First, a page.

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Memory 5 - Lynne Braithwaite 1982



As a dedicated VULCAN man I was a bit miffed to find myself at RAF Marham in 1982 when hostilities errupted in the Falklands. I would have much preferred being at Waddington. Still having had a fair bit of Victor experience it was a good 2nd best. I was supposed to be going to Eng Records but prior to my move was approached to see if I would swap with the FS in Eng Ops. I agreed, but had I known what was to happen later I would have refused. Politics! It makes you sick.

In a nutshell, I was dis-established, and got moved to Eng Records after all, then was dis-established yet again and finally ended up as FS QA and Eng Wg Adj/ PA to OC Eng Wg. I do ramble on. Lets return to 1982. Easter. Both Victor Sqdns are on standby and shortly after were being brought up to immediate readdiness. OPERATION CORPORATE was with us.

Seventeen Victor tankers were to be detached to Ascension Island (ASI) in the South Atlantic to support operations further south. The Victors were very quickly prepared and to achieve this task some a/c were robbed rotten, one a/c took the best part of a year to get back into the air again.

Ex Victor personnel were drafted in to Marham at very short notice to assist in all the preparations. There were some who found themselves in quite difficult situations eg. One SNCO rigger who was sent to us as having Victor experience told me on his arrival that his only experience was 12yrs previous as an SAC and all he did then was Marshalling, Towing and Cleaning! Now here he was, a newly promoted Sgt and expected to be i/c a servicing team. I never met him again to see how he got on.

Eng Ops was certainly the place to be if you were not at the sharp end with the a/c. You were able to get an overall picture of what was happening which helped enormously when difficult decisions had to be taken. In Eng Ops there were 4 Chief Tech's, one FS (myself) and a Warrant Officer with a Sqdn Ldr Eng boss. We were located in the Main Operations Building which also housed the Station Commanders office suite and fortunately for us the Aircrew Feeding Center. Had it not been for the "Feeder" when Op' Corporate erupted myself and the chiefs would have starved to death as the chances of getting home or to the Sgts Mess in my case were virtually impossible. The Chiefs were already on a shift system as the place was manned around the clock but were normally stood by at home during the week ends. This of course had to change and not without some harsh words with one individual who took to poking me in the chest to make his point. Talk about the problems of getting some people out of a peactime rut and onto a wartime footing, I couldn't believe it. The system had been manipulated and abused over the years by some people and always to the disadvantage of the more conscientious troops. I'm glad to say that things got resolved and my lot was eased with the arrival of a new WO. He and I took it in turns to be on shift or call at all times with whichever of the C/Tech's happened to be on. It was during this period that another of the Aircrew/Groundcrew barriers was demolished. The "ASMA" ( Air Staff Management Aide) Computer system was always "OFF Limits" to engineers because, as I was informed by an aircrew officer "It had been procured from the Air Staff budget and not an engineering one. However now that we had a large detachment of engineers looking after "Air Staff A/C" down in ASI and the only way of communicating with reference to the engineering states and in particular the Fatigue life of the a/c which was critical was the ASMA. The fact that it was very inconvenient for the Air Ops staff to look after the engineers forced them to give us access to the system. We were duly authorised and locally trained to get our fingers on the keyboards to send and recieve messages on our Eng Totes.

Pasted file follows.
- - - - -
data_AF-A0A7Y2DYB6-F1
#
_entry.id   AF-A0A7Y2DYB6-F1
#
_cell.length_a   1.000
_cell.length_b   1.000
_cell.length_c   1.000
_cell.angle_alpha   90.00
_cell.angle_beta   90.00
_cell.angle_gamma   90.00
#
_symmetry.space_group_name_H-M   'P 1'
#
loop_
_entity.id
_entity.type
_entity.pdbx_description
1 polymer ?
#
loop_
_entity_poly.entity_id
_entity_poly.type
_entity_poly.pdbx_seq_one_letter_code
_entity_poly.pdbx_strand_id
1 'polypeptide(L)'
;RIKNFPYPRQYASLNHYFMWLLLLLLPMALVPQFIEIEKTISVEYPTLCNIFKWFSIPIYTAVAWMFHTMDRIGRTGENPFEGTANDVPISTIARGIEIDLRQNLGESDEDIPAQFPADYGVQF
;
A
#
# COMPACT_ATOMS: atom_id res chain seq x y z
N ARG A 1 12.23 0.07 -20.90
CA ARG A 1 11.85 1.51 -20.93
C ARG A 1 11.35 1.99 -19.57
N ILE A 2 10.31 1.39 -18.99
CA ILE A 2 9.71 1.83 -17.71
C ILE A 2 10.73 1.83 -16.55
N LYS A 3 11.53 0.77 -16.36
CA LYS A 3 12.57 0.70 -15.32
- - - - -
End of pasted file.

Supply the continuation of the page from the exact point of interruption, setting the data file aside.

The Eng Totes became quite involved and proved to be a valuable service in the common goal. I should explain, we had two Sqdns of Victor K2 tankers (55 & 57) plus 232 OCU. For operation Corporate these two were effectively merged as far as the a/c and groundcrew were concerned and called "Victor Wing" tho' of course as far as manpower was concerned if it happened that a 55 Sqdn person had to come home then it was a 55 person who replaced him and so on. Life became quite complicated.

Memories of Marham
After the main batch of seventeen a/c had departed the supporting groundcrews were despatched and that not without some stupid drama. Two Senior Engineering Officers, one from each of the two Sqdns arguing as to who should go south. OC Wng Wg sent them both packing! This left us at Marham with just less than half the a/c and Sqdn manpower strength and no Sqdn Senior Eng Off. However OC Eng and Sqdn Ldr Eng Ops took over that task between them.